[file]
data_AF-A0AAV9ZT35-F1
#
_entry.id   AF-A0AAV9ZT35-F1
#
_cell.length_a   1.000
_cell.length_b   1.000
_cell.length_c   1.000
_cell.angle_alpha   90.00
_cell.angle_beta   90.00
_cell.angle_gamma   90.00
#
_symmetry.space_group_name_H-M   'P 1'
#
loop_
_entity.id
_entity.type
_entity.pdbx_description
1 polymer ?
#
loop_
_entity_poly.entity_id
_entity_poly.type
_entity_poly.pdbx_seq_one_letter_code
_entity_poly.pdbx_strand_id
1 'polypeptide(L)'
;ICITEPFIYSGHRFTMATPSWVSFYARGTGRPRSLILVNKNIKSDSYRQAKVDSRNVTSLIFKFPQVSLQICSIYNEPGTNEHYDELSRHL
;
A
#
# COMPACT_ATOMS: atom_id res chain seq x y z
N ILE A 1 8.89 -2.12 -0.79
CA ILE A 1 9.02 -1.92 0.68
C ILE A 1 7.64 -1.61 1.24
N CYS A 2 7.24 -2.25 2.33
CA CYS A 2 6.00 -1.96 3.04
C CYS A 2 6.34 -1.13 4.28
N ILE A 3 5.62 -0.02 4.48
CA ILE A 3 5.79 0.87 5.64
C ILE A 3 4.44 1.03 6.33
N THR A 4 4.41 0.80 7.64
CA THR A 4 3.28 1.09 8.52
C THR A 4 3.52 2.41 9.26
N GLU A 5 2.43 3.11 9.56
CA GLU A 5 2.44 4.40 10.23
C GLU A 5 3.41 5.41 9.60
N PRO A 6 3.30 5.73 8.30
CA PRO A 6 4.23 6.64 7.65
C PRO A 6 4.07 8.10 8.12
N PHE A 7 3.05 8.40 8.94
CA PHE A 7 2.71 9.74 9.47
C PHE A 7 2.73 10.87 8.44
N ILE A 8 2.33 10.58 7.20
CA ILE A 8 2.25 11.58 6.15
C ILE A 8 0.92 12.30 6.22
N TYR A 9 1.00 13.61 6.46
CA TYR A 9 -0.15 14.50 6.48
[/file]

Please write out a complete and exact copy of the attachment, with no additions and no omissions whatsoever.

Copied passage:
data_AF-A0AAV9ZT35-F1
#
_entry.id   AF-A0AAV9ZT35-F1
#
_cell.length_a   1.000
_cell.length_b   1.000
_cell.length_c   1.000
_cell.angle_alpha   90.00
_cell.angle_beta   90.00
_cell.angle_gamma   90.00
#
_symmetry.space_group_name_H-M   'P 1'
#
loop_
_entity.id
_entity.type
_entity.pdbx_description
1 polymer ?
#
loop_
_entity_poly.entity_id
_entity_poly.type
_entity_poly.pdbx_seq_one_letter_code
_entity_poly.pdbx_strand_id
1 'polypeptide(L)'
;ICITEPFIYSGHRFTMATPSWVSFYARGTGRPRSLILVNKNIKSDSYRQAKVDSRNVTSLIFKFPQVSLQICSIYNEPGTNEHYDELSRHL
;
A
#
# COMPACT_ATOMS: atom_id res chain seq x y z
N ILE A 1 8.89 -2.12 -0.79
CA ILE A 1 9.02 -1.92 0.68
C ILE A 1 7.64 -1.61 1.24
N CYS A 2 7.24 -2.25 2.33
CA CYS A 2 6.00 -1.96 3.04
C CYS A 2 6.34 -1.13 4.28
N ILE A 3 5.62 -0.02 4.48
CA ILE A 3 5.79 0.87 5.64
C ILE A 3 4.44 1.03 6.33
N THR A 4 4.41 0.80 7.64
CA THR A 4 3.28 1.09 8.52
C THR A 4 3.52 2.41 9.26
N GLU A 5 2.43 3.11 9.56
CA GLU A 5 2.44 4.40 10.23
C GLU A 5 3.41 5.41 9.60
N PRO A 6 3.30 5.73 8.30
CA PRO A 6 4.23 6.64 7.65
C PRO A 6 4.07 8.10 8.12
N PHE A 7 3.05 8.40 8.94
CA PHE A 7 2.71 9.74 9.47
C PHE A 7 2.73 10.87 8.44
N ILE A 8 2.33 10.58 7.20
CA ILE A 8 2.25 11.58 6.15
C ILE A 8 0.92 12.30 6.22
N TYR A 9 1.00 13.61 6.46
CA TYR A 9 -0.15 14.50 6.48